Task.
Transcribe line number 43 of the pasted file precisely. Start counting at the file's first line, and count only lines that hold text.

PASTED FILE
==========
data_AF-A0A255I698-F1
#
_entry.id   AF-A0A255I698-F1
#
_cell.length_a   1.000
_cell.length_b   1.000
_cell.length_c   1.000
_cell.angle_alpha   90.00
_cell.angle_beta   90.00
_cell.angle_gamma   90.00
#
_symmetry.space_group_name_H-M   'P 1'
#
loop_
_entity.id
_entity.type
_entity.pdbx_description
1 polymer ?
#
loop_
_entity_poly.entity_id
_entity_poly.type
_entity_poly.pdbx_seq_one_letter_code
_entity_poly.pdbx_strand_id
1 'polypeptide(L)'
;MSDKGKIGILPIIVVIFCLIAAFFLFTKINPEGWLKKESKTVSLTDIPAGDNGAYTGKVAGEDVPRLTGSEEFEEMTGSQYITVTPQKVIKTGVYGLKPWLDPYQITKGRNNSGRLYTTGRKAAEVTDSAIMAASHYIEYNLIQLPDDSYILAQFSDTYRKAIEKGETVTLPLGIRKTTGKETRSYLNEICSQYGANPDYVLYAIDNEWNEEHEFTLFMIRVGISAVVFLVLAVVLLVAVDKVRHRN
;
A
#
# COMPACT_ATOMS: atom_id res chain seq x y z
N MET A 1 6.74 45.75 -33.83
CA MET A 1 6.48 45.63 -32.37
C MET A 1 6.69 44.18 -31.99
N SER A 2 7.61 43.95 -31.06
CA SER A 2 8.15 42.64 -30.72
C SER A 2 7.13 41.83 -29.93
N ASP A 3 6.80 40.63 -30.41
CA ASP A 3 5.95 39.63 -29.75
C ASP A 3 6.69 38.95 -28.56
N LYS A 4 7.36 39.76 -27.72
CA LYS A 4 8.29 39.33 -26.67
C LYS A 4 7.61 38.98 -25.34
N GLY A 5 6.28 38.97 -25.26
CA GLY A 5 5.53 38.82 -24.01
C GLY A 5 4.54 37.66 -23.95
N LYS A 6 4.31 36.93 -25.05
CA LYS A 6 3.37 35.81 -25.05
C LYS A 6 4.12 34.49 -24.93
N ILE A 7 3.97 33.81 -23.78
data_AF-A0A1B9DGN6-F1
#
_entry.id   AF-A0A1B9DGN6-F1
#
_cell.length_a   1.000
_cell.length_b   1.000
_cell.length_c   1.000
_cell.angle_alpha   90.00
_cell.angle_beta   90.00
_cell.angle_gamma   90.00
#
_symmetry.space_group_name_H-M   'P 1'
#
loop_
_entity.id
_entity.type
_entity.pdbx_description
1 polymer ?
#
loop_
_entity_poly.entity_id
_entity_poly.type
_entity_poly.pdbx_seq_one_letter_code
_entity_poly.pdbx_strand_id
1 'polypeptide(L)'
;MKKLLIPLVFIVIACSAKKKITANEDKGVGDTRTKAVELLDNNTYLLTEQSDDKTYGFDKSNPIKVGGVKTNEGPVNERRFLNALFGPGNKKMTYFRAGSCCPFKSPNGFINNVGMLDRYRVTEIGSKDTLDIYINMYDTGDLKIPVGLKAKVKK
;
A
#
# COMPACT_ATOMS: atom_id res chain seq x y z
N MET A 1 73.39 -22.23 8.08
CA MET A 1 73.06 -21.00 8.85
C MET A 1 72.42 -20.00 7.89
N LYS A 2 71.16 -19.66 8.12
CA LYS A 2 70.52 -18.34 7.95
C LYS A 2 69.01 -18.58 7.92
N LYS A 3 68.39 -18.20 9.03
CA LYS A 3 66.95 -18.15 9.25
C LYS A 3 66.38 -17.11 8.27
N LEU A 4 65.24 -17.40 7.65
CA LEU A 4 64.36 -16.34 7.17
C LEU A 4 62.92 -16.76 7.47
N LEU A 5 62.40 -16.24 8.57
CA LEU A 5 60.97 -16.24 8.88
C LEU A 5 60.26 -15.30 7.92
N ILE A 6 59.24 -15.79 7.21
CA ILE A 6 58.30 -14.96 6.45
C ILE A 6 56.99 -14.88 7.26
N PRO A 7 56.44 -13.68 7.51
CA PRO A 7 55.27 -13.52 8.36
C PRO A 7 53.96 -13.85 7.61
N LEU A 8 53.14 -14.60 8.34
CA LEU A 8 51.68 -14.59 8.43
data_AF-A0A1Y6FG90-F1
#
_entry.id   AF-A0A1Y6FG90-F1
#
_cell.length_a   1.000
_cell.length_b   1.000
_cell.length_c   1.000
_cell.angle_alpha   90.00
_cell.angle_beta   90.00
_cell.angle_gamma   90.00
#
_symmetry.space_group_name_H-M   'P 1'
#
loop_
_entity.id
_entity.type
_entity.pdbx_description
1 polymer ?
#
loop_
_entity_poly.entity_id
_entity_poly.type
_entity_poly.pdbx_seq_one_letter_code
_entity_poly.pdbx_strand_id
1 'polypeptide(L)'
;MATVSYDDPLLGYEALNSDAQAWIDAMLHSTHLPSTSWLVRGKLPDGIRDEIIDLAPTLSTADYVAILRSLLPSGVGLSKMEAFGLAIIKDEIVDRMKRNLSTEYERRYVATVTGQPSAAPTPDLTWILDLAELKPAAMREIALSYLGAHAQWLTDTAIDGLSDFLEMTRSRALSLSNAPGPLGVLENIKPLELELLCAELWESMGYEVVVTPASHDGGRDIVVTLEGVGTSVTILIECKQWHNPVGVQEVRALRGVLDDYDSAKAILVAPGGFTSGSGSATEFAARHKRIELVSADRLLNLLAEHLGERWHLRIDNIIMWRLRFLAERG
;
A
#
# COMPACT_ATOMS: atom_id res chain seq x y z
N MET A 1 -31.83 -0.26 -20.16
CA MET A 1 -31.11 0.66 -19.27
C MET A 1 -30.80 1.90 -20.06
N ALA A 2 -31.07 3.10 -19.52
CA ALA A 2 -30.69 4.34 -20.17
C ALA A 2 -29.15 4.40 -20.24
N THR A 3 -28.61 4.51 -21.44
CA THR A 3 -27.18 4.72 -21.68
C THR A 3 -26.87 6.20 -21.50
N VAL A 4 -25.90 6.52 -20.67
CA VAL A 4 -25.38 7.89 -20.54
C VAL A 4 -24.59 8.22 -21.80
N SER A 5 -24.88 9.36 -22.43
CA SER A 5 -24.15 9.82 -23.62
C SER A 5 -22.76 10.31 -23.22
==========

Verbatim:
N GLY A 5 6.28 38.97 -25.26